Beginning Jan. 1, employers will no longer be required by federal mandate to give employees who become sick with COVID-19 two weeks of paid leave. However, any existing state or local policy regarding providing paid leave remains unchanged.
According to Buzzfeed News, Senate Majority Leader Mitch McConnell blocked the paid leave mandate's extension from the $900 billion stimulus package passed by Congress earlier this week.
According to the Huffington Post, Democrats wanted to extend the paid leave into the new year since there's an uptick in COVID-19 cases. Still, Republicans felt renewing the mandate would make it permanent, which they did not want to happen.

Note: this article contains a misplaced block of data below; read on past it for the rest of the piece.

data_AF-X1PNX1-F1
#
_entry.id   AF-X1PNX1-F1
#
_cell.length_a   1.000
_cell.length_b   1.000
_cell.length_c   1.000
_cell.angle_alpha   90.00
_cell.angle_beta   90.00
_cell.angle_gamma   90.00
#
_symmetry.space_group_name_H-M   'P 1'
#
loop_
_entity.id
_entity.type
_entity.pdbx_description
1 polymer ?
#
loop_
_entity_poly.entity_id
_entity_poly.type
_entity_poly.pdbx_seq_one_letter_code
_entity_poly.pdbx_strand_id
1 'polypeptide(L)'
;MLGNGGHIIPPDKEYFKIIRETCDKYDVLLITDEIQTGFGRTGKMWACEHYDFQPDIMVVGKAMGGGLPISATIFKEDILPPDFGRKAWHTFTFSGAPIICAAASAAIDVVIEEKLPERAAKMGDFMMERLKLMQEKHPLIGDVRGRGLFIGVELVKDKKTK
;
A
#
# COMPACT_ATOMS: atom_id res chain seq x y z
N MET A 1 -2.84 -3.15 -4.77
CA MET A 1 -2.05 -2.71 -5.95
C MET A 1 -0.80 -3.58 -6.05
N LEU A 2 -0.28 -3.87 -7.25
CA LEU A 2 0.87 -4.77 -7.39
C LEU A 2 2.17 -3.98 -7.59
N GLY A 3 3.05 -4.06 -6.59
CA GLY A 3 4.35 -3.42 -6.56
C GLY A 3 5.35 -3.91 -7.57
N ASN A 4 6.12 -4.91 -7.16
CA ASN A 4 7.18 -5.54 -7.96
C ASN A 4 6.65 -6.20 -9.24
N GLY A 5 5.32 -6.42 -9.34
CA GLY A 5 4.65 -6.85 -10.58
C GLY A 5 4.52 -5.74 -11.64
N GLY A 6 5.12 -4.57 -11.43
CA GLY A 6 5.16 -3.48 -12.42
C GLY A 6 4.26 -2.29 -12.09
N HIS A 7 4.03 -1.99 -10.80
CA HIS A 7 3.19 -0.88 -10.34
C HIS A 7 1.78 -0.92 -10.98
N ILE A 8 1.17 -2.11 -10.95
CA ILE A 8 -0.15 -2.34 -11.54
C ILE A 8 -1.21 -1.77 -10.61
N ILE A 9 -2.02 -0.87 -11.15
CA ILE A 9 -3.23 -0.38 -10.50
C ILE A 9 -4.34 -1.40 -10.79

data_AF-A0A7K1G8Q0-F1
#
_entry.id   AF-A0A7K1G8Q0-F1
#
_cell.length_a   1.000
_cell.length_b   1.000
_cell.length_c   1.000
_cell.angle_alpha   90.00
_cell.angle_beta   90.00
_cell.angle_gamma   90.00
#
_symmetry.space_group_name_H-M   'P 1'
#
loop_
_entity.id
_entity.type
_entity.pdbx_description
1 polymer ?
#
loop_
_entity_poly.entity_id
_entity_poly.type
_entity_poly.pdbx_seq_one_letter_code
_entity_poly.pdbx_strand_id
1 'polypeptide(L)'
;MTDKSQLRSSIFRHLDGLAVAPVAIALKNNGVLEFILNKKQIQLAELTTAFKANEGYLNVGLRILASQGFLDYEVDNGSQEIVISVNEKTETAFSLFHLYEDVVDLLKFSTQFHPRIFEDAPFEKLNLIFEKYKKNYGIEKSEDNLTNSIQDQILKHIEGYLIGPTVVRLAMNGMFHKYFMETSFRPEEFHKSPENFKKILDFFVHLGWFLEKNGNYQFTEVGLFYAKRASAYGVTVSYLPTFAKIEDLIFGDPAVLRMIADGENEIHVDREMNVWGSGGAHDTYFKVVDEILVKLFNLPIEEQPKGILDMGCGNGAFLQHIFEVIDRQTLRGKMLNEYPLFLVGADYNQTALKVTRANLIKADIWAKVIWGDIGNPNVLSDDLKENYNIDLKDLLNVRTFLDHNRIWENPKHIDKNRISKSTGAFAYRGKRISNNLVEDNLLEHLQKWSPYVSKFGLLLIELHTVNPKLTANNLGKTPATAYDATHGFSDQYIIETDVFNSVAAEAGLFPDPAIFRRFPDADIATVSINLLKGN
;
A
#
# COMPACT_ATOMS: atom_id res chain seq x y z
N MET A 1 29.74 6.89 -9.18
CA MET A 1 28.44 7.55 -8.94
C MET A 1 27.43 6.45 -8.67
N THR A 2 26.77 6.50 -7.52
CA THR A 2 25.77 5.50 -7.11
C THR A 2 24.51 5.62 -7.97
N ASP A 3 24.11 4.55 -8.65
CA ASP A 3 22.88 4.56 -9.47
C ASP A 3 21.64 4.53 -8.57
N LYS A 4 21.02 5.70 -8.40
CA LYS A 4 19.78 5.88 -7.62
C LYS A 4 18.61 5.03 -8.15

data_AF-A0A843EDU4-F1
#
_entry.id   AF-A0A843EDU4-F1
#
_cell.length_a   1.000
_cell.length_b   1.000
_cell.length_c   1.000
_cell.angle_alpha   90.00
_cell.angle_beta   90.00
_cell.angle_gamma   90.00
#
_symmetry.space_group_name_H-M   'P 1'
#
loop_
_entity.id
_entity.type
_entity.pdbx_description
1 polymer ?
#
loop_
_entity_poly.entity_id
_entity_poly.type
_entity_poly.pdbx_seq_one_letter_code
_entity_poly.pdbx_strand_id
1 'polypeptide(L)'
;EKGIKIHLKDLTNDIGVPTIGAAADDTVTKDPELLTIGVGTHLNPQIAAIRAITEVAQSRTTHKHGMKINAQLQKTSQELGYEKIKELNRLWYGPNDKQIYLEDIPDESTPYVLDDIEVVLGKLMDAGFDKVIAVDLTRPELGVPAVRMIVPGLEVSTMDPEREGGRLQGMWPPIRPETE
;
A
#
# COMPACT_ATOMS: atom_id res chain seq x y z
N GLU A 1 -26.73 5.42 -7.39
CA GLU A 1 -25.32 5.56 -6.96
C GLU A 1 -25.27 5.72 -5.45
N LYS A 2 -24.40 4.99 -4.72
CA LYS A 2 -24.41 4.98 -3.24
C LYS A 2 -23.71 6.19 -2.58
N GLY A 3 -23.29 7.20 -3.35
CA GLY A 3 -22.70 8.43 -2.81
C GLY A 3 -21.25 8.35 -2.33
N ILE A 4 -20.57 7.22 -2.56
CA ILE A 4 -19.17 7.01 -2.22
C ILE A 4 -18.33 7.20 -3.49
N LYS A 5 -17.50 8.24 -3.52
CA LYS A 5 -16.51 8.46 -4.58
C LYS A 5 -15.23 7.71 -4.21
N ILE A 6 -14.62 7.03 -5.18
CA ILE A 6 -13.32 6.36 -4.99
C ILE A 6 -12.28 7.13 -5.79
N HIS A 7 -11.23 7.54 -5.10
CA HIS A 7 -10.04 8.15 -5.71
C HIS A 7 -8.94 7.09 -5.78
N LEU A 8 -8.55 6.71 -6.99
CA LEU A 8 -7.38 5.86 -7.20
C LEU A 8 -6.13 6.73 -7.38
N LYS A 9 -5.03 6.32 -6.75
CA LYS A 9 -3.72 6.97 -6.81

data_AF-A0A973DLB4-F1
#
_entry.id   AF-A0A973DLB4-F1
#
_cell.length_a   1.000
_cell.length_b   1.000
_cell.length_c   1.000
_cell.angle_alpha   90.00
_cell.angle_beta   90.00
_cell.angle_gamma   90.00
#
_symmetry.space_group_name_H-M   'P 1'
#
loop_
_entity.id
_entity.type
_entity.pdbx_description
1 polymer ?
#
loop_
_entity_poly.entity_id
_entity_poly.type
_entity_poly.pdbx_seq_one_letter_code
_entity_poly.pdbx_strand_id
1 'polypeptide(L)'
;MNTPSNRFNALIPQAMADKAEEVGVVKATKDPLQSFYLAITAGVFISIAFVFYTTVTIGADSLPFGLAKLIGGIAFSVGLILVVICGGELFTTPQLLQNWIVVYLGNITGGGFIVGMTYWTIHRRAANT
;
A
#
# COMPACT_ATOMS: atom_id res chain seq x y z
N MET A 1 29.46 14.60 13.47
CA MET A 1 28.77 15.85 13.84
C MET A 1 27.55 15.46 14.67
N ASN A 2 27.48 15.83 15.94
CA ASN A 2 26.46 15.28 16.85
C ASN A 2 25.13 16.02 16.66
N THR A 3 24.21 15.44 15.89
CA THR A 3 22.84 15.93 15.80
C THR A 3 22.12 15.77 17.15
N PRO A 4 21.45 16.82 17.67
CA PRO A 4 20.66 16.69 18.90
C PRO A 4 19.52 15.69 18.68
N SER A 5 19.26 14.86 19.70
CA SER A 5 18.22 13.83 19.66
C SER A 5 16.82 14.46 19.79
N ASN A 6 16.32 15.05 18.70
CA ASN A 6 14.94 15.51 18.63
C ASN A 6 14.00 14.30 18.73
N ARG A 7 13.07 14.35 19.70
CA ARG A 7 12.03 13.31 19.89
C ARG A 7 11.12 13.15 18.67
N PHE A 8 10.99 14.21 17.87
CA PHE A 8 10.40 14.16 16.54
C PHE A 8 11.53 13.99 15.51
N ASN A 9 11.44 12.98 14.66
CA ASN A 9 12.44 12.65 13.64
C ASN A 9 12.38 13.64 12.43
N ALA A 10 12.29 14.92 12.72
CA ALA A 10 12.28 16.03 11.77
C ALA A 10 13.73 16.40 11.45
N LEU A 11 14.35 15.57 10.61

In March, Congress passed the CARES Act, which required employers to provide employees up to two weeks of paid sick leave if they contract COVID and two weeks of paid leave to care for a sick relative. It also allowed employers to use up to 10 weeks of paid family leave if a child's school or daycare was closed due to the coronavirus.
Although the latest stimulus bill doesn't extend the sick or family leave mandates, the bill would still allow businesses' to subsidize costs with a refundable tax credit if they provide paid leave until March 31, 2021.
According to CNBC, 87 million workers eligible for paid sick, and family leave under the act could be affected.